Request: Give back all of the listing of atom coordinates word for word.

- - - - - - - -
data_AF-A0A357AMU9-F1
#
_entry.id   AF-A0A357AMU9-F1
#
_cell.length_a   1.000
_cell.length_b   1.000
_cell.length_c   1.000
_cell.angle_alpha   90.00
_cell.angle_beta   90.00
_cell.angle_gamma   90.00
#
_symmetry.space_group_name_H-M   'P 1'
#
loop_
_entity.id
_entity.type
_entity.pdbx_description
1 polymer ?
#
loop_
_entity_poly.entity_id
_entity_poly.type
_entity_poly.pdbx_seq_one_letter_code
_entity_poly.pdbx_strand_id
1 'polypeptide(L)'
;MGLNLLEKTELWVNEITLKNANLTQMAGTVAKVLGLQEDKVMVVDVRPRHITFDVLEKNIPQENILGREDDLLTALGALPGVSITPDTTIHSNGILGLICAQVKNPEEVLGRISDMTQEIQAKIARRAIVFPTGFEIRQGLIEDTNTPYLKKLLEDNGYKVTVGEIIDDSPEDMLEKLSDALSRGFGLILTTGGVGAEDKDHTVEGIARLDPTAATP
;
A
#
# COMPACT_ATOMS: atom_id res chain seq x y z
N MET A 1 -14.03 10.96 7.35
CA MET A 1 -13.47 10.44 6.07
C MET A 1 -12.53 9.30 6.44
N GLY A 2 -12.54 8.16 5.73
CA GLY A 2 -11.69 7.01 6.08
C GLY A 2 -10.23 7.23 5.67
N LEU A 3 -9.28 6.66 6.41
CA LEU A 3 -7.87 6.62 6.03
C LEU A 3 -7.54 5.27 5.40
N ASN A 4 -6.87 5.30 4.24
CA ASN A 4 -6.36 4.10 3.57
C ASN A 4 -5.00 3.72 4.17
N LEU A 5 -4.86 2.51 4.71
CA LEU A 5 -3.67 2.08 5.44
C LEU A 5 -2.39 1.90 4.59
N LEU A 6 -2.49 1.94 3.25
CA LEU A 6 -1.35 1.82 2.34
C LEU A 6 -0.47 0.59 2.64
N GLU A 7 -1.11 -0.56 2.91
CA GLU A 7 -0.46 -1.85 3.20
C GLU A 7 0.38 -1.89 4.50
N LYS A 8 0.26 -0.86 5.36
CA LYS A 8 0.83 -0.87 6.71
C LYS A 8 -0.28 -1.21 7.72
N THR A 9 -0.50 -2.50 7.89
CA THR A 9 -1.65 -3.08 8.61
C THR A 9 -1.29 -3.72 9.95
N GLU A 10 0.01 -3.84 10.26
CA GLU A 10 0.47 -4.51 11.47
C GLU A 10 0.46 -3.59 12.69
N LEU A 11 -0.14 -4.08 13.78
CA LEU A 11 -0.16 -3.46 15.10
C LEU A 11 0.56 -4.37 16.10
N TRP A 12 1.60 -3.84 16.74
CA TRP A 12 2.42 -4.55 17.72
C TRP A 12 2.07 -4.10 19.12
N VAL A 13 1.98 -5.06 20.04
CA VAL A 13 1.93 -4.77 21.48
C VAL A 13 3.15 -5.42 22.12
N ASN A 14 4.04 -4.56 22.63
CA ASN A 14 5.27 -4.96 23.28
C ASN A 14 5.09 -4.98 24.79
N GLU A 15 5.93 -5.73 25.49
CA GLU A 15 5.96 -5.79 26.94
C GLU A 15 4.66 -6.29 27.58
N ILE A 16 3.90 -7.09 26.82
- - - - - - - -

data_AF-A0A357AMU9-F1
#
_entry.id   AF-A0A357AMU9-F1
#
_cell.length_a   1.000
_cell.length_b   1.000
_cell.length_c   1.000
_cell.angle_alpha   90.00
_cell.angle_beta   90.00
_cell.angle_gamma   90.00
#
_symmetry.space_group_name_H-M   'P 1'
#
loop_
_entity.id
_entity.type
_entity.pdbx_description
1 polymer ?
#
loop_
_entity_poly.entity_id
_entity_poly.type
_entity_poly.pdbx_seq_one_letter_code
_entity_poly.pdbx_strand_id
1 'polypeptide(L)'
;MGLNLLEKTELWVNEITLKNANLTQMAGTVAKVLGLQEDKVMVVDVRPRHITFDVLEKNIPQENILGREDDLLTALGALPGVSITPDTTIHSNGILGLICAQVKNPEEVLGRISDMTQEIQAKIARRAIVFPTGFEIRQGLIEDTNTPYLKKLLEDNGYKVTVGEIIDDSPEDMLEKLSDALSRGFGLILTTGGVGAEDKDHTVEGIARLDPTAATP
;
A
#
# COMPACT_ATOMS: atom_id res chain seq x y z
N MET A 1 -14.03 10.96 7.35
CA MET A 1 -13.47 10.44 6.07
C MET A 1 -12.53 9.30 6.44
N GLY A 2 -12.54 8.16 5.73
CA GLY A 2 -11.69 7.01 6.08
C GLY A 2 -10.23 7.23 5.67
N LEU A 3 -9.28 6.66 6.41
CA LEU A 3 -7.87 6.62 6.03
C LEU A 3 -7.54 5.27 5.40
N ASN A 4 -6.87 5.30 4.24
CA ASN A 4 -6.36 4.10 3.57
C ASN A 4 -5.00 3.72 4.17
N LEU A 5 -4.86 2.51 4.71
CA LEU A 5 -3.67 2.08 5.44
C LEU A 5 -2.39 1.90 4.59
N LEU A 6 -2.49 1.94 3.25
CA LEU A 6 -1.35 1.82 2.34
C LEU A 6 -0.47 0.59 2.64
N GLU A 7 -1.11 -0.56 2.91
CA GLU A 7 -0.46 -1.85 3.20
C GLU A 7 0.38 -1.89 4.50
N LYS A 8 0.26 -0.86 5.36
CA LYS A 8 0.83 -0.87 6.71
C LYS A 8 -0.28 -1.21 7.72
N THR A 9 -0.50 -2.50 7.89
CA THR A 9 -1.65 -3.08 8.61
C THR A 9 -1.29 -3.72 9.95
N GLU A 10 0.01 -3.84 10.26
CA GLU A 10 0.47 -4.51 11.47
C GLU A 10 0.46 -3.59 12.69
N LEU A 11 -0.14 -4.08 13.78
CA LEU A 11 -0.16 -3.46 15.10
C LEU A 11 0.56 -4.37 16.10
N TRP A 12 1.60 -3.84 16.74
CA TRP A 12 2.42 -4.55 17.72
C TRP A 12 2.07 -4.10 19.12
N VAL A 13 1.98 -5.06 20.04
CA VAL A 13 1.93 -4.77 21.48
C VAL A 13 3.15 -5.42 22.12
N ASN A 14 4.04 -4.56 22.63
CA ASN A 14 5.27 -4.96 23.28
C ASN A 14 5.09 -4.98 24.79
N GLU A 15 5.93 -5.73 25.49
CA GLU A 15 5.96 -5.79 26.94
C GLU A 15 4.66 -6.29 27.58
N ILE A 16 3.90 -7.09 26.82